From Book Riot:
When it comes to lists of the most iconic book covers of all time, I am not always impressed with what titles turn up again and again. And I’m ready to take the heat for leaving some of your faves off this list. Here’s my first question for others compiling these lists. Are the covers of books like To Kill a Mockingbird or The Catcher in the Rye really that iconic? Or are they stuck in your mind because you’ve seen them a million times thanks to their status as school curriculum standards? Let’s not peak in high school, folks.
Moreover, why do we seem to celebrate only the covers for books considered literary masterpieces of the 20th century, with a focus on midcentury design? Certainly there are iconic book covers from that era, and you’ll see some below. But there’s more to lionize in the history of design than this singular period and genre. I want to take a wider view.
I’m also not afraid to assert that some of the most iconic book covers have just come out. Because if we don’t believe that at least some of the best things ever to be made are being made right now, be they book covers, movies, music, or literature, then what is the point of making anything? I’d rather take a brave stance here and be proven wrong in the future than go with the same old choices everyone makes. Believe me, there are still plenty of safe choices on this list. So without any further ado, and in no particular order, the most iconic book covers of all time.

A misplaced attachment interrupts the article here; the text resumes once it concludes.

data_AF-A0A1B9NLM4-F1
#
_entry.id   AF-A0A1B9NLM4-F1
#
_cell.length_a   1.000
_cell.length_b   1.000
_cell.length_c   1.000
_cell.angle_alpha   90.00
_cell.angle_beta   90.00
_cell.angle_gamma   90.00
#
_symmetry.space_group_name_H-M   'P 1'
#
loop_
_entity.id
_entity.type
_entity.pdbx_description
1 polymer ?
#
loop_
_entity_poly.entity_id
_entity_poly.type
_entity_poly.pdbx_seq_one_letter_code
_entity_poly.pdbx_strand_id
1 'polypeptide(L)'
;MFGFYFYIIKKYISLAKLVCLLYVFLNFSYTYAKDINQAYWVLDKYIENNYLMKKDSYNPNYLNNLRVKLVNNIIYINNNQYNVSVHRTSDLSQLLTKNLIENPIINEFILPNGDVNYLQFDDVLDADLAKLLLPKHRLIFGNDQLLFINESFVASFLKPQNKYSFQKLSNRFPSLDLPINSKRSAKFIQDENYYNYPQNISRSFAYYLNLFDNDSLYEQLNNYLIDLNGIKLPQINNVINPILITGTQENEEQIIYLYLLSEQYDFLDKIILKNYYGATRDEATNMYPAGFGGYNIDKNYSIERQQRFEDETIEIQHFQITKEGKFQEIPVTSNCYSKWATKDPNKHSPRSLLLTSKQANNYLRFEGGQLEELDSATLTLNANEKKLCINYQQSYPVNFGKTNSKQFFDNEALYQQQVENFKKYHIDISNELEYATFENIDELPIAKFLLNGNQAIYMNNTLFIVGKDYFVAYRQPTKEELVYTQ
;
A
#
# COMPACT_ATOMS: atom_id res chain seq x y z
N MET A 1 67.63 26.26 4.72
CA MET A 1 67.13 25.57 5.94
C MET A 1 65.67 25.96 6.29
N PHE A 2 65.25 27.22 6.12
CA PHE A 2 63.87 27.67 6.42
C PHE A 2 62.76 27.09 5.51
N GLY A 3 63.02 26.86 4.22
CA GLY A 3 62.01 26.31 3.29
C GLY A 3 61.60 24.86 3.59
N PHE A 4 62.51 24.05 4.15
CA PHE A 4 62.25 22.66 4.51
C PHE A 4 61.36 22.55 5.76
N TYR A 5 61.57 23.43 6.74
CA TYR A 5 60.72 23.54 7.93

. . . .
How recognizable is this cover design by S. Neil Fujita, with illustration by John Kashiwabara? So iconic that you can buy any number of T-shirts that spoof its design. To name a few, you can acquire a shirt to claim you are: The Rodfather (with a fisherman casting instead of marionette strings), The Dogfather (bones as marionette sticks), The Gabagool (for the fans of cured meats), or The Godmother (it’s pink).
Talk about iconic! Milton Charles designed the paperback, whose silver foil-embossed cover has a die-cut hole representing the house’s attic. When the cover is opened, a full page painting called a stepback reveals the creepy family, illustrated by Gillian Hills. It’s lurid and voyeuristic in the best possible way. The rest of the Dollanganger series received a similarly iconic treatment. If you come across an old copy that has the cutout and the stepback — later printings don’t have the hole in the cover — you’re a lucky duck.
You know a book cover is iconic when it can be ported from book to movie franchise to theme park rides with ease. This cover by renowned designer Chip Kidd is a quintessential example of this.
Link to the rest at Book Riot